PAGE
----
Cost: Packages start at around $850 for a full-board three-night cruise.
57. Feed the Dolphins at Tangalooma (QLD)
Like Fraser Island to the north, Moreton Island off the Queensland coast is a large (mostly) sand island that is a popular playground with locals and foreign tourists alike.
With a ferry from Brisbane connecting the island to the mainland, it’s a popular spot for both day trips and extended beach escapes.
And why wouldn’t it be? It’s a great place to try your hand at stand-up paddling boarding or scuba diving, is right on the humpback whale migration routes, and is one of the more reliable spots in Australia to swim with wild dolphins.
Feeding the Dolphins
Like many animal interaction experiences, the chance to feed the dolphins that make daily visits to the main beach at Tangalooma Resort is not without questions over how ethical it is. I mean, is it not to the detriment of the dolphins that they now see us as a food source? What will happen when we stop feeding them?
You’ll be pleased to know that the resort practices sustainable feeding, so you can feed the dolphins without having to feel like a terrible human being. Hoorah!
In fact, I’ve stayed on Tangalooma myself in the past and participated in the feeding. I also sucked at stand-up paddle boarding, tried snorkeling on their gorgeous house reef, and struck out with every woman I approached!
Good times, precious memories.
Where: Moreton Island is a short ferry ride from Brisbane.
Cost: Day-trips to Tangalooma are $199 for adults and $149 for children. This includes return ferry transfer and full use of the resort’s facilities.
58. Take a Tour of the MCG (Victoria)
If you’re not a die-hard fan of cricket, this one might not be for you. You’ll probably want to scroll on by. The MCG (Melbourne Cricket Ground) is, first and foremost, a site of great sporting significance.
However, if your time in Australia has instilled in you a deep and abiding love for the national pastime, you might just jump at the chance to pay a visit to the stadium known affectionately as ‘The ‘G’.
The largest stadium in the southern hemisphere and the tenth largest stadium on earth, the startlingly large arena can hold upwards of 100,000 people.
Not only has it played host to AFL and Australian football (soccer) games of great importance, it’s also where the very first test match was played and the very first international one-dayer.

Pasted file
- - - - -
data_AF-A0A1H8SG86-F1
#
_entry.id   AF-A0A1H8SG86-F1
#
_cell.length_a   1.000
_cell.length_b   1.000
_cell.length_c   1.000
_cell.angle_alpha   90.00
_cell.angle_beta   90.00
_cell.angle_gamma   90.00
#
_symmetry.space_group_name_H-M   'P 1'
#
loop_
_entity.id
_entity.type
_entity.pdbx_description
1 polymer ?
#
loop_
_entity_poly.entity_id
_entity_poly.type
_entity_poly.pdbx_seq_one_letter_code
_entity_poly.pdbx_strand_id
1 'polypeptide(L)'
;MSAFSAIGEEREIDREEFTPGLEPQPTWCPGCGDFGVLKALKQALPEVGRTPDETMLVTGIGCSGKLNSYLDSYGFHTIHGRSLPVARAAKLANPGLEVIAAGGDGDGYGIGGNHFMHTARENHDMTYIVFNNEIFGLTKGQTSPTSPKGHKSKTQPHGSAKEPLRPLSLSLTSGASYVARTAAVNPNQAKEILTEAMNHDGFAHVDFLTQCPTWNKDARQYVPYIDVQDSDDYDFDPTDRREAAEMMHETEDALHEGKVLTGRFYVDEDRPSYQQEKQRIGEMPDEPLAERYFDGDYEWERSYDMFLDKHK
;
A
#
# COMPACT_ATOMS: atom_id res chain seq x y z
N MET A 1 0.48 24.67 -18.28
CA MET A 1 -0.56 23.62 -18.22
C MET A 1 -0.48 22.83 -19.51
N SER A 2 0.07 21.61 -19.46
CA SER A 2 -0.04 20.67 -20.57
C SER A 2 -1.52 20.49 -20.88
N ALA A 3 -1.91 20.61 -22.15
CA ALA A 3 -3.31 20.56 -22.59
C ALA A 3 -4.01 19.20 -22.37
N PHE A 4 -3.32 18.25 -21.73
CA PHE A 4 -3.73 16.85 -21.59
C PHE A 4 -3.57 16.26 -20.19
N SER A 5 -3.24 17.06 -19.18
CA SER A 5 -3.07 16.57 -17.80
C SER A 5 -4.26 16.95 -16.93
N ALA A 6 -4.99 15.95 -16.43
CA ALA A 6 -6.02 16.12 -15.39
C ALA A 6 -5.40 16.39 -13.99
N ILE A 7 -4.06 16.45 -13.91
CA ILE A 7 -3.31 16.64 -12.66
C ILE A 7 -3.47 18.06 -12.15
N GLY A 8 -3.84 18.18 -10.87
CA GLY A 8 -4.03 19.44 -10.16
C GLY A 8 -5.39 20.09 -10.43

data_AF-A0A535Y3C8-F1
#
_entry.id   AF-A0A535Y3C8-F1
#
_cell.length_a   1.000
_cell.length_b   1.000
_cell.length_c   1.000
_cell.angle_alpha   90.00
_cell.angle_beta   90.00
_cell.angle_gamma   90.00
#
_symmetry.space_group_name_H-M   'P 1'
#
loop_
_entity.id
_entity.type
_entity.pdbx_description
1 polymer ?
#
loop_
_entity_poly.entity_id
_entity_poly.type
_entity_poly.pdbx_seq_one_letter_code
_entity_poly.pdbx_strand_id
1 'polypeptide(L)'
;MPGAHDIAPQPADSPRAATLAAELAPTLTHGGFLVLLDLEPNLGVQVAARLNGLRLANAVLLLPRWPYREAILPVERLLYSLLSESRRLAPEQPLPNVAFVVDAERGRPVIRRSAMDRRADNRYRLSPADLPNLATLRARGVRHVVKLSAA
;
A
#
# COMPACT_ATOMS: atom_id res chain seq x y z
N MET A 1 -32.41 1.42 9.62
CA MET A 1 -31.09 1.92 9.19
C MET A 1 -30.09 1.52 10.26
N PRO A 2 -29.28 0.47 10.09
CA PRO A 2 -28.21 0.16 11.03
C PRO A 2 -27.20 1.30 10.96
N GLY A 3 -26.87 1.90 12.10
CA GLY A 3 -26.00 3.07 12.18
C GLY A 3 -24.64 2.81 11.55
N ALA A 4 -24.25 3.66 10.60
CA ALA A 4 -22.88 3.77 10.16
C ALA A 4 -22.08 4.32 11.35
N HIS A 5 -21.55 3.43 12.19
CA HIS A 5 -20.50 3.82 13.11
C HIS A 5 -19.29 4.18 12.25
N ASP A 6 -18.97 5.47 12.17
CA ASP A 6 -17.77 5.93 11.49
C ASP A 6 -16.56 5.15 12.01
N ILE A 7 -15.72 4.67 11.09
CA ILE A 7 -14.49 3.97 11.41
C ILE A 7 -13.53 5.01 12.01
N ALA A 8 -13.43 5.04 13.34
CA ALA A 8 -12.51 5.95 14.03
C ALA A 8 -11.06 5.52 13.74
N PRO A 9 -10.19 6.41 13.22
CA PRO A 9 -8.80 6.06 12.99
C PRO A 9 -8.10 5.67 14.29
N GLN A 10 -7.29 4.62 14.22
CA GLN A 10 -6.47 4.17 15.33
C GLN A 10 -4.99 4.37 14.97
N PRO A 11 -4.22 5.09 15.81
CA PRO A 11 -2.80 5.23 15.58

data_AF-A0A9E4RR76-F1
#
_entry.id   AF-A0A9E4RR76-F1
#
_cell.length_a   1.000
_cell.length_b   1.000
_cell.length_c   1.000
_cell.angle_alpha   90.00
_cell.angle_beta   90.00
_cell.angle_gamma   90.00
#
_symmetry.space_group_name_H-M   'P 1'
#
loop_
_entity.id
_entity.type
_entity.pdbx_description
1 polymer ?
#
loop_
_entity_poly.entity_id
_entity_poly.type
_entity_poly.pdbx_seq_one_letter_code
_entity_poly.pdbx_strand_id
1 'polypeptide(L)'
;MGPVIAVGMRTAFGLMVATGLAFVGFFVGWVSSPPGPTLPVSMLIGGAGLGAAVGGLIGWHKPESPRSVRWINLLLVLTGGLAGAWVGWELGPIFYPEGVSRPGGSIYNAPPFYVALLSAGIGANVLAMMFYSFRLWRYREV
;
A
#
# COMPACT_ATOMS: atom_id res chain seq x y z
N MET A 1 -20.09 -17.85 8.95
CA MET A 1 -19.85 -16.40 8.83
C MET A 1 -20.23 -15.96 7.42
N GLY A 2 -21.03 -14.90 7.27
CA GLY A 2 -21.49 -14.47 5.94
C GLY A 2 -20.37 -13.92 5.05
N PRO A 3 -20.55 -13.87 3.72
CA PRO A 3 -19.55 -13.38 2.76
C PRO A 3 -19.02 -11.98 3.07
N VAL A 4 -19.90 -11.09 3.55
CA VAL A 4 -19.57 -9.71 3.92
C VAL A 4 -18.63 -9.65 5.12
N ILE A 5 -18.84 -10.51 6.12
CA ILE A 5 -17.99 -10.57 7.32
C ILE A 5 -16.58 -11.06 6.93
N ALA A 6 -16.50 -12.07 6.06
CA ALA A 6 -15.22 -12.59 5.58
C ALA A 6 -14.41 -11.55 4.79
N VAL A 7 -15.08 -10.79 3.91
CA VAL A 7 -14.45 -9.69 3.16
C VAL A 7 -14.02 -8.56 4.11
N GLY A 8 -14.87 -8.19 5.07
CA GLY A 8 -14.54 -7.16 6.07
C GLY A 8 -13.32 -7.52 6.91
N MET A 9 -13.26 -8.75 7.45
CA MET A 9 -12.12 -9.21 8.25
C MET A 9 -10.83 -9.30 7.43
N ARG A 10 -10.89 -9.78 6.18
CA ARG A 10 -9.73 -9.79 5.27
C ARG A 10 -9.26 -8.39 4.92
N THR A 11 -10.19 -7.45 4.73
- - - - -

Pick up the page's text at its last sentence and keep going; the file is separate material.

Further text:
Touring the MCG
If all of that history has won you over, you’ll be pleased to know that you can pay a visit to the stadium when it’s not playing host to big games and take a tour.
You’ll not only get to set foot on the hallowed turf but explore the inner-workings of the massive cultural and sporting landmark.
Where: The MCG is located in downtown Melbourne.
Cost: Tours are $35 for adults and $29 for children, including access to the National Sports Museum.
59. Attend the Margaret River Gourmet Escape (WA)
Before I wax lyrical about one of Australia’s largest food and wine festivals, I should take a moment to point out that the Margaret River region of Western Australia should be on your itinerary anyway.
Alongside the Barossa Valley and the Hunter Valley, Margaret River is one of Australia’s premier wine growing regions. It’s also home to some gorgeous beaches and unspoiled tracts of bushland.
Eat all of the things!
With that being said, it sure would be great if your visit to the region coincided with the massive Margaret River Gourmet Escape.
World-class chefs make their signature dishes, local vendors sell local produce, musicians perform, and visitors sample a range of global cuisines and unforgettable fusions.
It’s the perfect chance to expand your waistline while also exploring a gorgeous oft-overlooked corner of Australia.
Where: You can reach the Margaret River region with a three-hour drive from Perth.
Cost: Tickets are $40 per person.
60. See Lake Eyre in Flood (SA)
When I first visited the USA, I was blown away by the sheer size and number of lakes in the country.
Growing up in Australia, lakes are more often than not muddy ponds, man-made reservoirs, or perennially dry salt-flats that have forgotten what water feels like.
Take, for example, Lake Eyre. Australia’s largest lake is also the continent’s lowest point. It is so large that its borders touch three states (and a territory). However, it’s more off-road destination than marine escape.
Seeing Lake Eyre in the Dry
Even in dry season, there’s reason to make the long dry to see Australia’s largest lake.
Its shimmering salt pan is an otherworldly sight set amidst towering red-sand dunes and the backdrop of the harsh Aussie interior.